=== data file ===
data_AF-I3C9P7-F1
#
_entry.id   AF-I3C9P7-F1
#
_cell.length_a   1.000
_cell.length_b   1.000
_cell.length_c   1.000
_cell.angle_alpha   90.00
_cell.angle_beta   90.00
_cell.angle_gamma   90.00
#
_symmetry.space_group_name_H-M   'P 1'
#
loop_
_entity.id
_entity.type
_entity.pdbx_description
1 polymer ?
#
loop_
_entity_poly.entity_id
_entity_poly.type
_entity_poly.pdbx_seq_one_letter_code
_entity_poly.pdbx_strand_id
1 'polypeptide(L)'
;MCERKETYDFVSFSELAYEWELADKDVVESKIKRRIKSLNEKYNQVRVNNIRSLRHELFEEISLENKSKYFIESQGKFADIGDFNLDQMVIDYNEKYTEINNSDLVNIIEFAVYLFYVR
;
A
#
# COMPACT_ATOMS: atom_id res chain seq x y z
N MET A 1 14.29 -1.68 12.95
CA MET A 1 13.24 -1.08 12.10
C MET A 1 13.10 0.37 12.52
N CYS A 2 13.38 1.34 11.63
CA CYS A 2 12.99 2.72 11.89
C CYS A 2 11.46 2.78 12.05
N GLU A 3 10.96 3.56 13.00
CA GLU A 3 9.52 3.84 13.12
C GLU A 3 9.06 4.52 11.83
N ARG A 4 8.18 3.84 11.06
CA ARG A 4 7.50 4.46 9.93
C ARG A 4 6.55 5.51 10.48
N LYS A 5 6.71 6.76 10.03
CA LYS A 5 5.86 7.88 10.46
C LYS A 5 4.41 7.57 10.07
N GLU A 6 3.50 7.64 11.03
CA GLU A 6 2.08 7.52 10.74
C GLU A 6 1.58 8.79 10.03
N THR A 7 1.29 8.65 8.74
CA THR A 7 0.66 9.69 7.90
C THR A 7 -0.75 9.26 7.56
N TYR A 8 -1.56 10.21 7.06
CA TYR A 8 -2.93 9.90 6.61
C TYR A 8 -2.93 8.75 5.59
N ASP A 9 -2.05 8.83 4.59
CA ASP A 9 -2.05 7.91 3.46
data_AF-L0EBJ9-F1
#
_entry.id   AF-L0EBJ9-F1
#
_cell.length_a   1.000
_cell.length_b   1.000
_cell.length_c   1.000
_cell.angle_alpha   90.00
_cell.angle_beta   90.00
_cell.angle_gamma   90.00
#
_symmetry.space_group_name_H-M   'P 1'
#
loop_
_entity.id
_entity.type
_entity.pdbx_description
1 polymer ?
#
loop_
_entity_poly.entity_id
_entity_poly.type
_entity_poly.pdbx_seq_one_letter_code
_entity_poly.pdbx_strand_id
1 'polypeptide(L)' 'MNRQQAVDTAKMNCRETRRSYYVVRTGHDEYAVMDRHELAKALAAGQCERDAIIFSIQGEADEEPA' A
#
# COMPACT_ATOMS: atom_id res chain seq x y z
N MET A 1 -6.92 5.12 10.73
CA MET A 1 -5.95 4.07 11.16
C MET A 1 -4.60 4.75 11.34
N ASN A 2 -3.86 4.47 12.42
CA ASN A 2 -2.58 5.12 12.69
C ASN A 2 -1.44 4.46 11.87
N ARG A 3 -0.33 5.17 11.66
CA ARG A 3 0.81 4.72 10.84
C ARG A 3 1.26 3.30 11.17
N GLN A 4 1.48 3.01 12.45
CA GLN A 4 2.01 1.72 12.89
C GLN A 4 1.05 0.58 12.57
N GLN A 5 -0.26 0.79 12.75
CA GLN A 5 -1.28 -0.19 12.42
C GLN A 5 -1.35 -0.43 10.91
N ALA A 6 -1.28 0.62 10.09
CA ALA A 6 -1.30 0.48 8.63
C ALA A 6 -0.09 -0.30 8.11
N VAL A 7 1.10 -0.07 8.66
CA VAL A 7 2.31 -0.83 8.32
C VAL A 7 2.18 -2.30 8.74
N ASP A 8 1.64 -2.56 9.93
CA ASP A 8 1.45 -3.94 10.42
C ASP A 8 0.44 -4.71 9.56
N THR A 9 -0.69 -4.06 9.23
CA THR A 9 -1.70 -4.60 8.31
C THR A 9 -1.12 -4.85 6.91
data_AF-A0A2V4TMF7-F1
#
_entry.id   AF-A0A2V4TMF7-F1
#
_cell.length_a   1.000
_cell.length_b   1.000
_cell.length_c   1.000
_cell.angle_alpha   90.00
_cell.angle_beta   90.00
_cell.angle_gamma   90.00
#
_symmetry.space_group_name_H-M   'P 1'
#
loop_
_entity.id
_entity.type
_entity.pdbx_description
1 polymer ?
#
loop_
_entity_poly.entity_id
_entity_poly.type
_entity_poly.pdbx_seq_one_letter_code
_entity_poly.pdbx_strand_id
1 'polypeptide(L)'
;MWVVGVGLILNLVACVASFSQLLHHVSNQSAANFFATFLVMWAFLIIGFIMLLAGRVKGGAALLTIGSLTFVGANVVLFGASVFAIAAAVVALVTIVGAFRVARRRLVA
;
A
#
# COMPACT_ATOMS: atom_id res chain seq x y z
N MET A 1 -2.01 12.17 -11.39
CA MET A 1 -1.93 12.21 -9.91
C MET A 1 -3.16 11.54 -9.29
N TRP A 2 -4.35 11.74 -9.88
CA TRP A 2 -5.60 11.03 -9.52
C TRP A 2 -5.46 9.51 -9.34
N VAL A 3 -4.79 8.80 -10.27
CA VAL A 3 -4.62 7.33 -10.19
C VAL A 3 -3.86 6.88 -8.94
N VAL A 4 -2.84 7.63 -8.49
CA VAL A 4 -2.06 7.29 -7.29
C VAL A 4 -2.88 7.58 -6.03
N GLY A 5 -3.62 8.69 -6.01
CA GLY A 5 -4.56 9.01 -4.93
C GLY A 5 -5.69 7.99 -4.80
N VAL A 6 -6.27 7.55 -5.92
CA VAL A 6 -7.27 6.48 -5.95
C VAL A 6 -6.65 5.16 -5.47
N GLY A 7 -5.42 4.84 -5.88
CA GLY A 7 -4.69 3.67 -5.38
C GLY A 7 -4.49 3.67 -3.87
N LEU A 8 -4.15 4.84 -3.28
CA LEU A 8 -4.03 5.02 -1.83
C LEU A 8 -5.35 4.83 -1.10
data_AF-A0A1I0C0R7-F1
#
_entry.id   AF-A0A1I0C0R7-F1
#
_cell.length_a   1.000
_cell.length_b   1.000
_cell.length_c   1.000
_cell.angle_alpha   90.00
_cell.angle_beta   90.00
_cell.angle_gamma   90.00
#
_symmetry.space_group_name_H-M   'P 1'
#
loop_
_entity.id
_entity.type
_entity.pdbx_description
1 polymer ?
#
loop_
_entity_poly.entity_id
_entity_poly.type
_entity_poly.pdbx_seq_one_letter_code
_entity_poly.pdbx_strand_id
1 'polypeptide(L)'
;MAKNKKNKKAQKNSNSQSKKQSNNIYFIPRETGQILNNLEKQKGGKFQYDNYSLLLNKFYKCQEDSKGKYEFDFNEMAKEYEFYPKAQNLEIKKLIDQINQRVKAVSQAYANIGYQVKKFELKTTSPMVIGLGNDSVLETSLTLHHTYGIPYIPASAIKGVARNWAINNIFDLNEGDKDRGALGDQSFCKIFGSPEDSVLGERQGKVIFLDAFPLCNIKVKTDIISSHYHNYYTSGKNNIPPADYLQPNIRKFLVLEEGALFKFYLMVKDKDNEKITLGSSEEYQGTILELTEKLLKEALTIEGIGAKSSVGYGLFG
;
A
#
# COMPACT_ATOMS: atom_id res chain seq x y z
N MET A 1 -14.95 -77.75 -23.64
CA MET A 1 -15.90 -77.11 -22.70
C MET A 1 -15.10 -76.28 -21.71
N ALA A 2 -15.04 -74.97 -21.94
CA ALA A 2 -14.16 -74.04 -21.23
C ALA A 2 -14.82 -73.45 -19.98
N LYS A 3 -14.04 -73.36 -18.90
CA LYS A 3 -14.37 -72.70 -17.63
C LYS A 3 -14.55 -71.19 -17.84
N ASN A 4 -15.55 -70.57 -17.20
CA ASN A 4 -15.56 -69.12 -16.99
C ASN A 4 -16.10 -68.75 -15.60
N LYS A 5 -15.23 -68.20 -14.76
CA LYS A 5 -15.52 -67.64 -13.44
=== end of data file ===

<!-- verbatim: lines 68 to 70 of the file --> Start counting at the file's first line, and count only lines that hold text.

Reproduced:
_symmetry.space_group_name_H-M   'P 1'
#
loop_